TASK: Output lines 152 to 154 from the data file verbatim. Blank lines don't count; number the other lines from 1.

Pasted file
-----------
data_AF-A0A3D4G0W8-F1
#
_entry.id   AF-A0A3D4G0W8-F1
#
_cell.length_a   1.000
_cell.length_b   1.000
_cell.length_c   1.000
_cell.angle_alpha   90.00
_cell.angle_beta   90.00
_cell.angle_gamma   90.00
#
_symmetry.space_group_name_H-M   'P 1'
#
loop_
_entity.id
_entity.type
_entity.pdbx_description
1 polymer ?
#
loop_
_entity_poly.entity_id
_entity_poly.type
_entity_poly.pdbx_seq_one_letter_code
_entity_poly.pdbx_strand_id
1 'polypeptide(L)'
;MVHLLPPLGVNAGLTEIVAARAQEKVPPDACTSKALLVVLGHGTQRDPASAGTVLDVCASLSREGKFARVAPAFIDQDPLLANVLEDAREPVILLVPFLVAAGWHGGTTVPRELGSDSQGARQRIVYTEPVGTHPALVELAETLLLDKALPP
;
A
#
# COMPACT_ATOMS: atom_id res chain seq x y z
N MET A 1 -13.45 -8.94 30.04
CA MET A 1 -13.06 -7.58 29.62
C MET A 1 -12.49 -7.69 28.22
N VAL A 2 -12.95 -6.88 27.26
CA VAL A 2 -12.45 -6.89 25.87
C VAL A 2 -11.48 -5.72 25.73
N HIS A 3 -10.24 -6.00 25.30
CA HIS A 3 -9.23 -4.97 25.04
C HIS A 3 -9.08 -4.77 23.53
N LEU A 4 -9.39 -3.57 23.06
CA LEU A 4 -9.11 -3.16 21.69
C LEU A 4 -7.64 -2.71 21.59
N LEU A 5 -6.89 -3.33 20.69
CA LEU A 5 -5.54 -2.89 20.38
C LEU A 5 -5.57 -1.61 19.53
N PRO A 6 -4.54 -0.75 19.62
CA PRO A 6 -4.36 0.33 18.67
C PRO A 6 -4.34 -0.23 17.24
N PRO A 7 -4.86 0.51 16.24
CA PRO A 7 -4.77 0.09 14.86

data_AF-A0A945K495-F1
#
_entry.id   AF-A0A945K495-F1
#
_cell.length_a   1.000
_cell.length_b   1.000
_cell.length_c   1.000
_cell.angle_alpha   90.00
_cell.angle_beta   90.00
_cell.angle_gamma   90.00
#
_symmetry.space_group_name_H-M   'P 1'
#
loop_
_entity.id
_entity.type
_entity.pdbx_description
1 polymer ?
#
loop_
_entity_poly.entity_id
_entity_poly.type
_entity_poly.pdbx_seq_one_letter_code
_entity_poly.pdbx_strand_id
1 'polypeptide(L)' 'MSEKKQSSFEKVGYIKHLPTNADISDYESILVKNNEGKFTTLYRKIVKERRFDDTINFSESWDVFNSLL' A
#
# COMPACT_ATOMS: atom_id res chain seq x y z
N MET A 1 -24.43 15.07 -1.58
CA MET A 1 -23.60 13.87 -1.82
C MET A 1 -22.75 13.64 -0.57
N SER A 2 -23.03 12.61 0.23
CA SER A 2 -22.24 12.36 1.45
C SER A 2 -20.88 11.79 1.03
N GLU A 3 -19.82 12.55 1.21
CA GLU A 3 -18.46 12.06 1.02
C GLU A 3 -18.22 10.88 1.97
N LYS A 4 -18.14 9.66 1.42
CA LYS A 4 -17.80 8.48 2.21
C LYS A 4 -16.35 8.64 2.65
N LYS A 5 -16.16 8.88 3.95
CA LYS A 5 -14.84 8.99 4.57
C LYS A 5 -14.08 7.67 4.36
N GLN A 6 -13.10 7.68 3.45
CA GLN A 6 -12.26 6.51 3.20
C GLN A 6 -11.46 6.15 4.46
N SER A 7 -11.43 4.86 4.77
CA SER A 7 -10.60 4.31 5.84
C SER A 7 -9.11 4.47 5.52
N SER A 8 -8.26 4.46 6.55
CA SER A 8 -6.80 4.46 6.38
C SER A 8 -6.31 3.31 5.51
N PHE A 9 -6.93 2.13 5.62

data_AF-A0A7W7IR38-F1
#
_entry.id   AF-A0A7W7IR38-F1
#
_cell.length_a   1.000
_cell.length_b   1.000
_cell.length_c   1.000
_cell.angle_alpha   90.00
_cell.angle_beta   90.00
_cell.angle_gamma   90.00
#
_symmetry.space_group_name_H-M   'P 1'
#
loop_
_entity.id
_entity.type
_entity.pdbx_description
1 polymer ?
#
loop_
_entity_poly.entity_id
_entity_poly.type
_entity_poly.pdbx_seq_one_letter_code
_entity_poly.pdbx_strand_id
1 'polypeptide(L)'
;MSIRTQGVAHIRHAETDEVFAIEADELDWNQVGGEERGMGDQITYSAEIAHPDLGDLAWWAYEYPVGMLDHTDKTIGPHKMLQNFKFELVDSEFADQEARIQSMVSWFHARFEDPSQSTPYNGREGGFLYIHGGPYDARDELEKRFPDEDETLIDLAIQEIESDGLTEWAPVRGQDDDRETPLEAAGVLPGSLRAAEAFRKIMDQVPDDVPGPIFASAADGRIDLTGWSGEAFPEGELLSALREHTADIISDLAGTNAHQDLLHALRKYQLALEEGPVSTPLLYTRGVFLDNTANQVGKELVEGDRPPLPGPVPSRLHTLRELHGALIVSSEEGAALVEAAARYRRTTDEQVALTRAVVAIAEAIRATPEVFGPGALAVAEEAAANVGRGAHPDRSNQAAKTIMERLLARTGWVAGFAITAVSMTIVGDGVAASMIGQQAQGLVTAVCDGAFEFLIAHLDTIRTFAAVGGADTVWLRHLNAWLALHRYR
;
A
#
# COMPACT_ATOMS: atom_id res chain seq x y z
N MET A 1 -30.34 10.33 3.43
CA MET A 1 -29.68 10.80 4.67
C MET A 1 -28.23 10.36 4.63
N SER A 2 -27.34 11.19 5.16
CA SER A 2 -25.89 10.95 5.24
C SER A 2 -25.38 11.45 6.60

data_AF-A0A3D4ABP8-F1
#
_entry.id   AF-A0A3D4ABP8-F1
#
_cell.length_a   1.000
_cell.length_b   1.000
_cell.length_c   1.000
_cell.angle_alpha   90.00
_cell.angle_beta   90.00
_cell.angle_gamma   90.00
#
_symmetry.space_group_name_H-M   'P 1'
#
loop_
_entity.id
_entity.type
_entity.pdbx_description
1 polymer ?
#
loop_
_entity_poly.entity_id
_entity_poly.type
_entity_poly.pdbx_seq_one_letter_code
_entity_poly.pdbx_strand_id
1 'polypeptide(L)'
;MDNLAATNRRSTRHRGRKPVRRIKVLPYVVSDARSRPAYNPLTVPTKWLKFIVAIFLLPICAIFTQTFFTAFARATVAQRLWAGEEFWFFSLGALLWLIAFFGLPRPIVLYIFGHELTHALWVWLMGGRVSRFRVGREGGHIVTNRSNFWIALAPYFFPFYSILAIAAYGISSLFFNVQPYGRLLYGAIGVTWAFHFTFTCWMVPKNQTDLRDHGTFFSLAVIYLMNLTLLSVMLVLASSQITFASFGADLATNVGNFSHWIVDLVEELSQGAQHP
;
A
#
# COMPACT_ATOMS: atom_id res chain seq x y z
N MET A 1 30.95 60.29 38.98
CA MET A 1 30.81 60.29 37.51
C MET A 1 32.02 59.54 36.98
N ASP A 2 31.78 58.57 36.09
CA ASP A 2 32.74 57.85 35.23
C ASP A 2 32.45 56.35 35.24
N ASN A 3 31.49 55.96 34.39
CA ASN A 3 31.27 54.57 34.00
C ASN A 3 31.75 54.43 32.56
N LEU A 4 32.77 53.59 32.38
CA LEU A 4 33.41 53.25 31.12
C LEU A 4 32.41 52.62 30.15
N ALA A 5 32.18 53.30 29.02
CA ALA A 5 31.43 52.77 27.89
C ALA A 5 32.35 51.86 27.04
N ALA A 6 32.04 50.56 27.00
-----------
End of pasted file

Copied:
loop_
_entity.id
_entity.type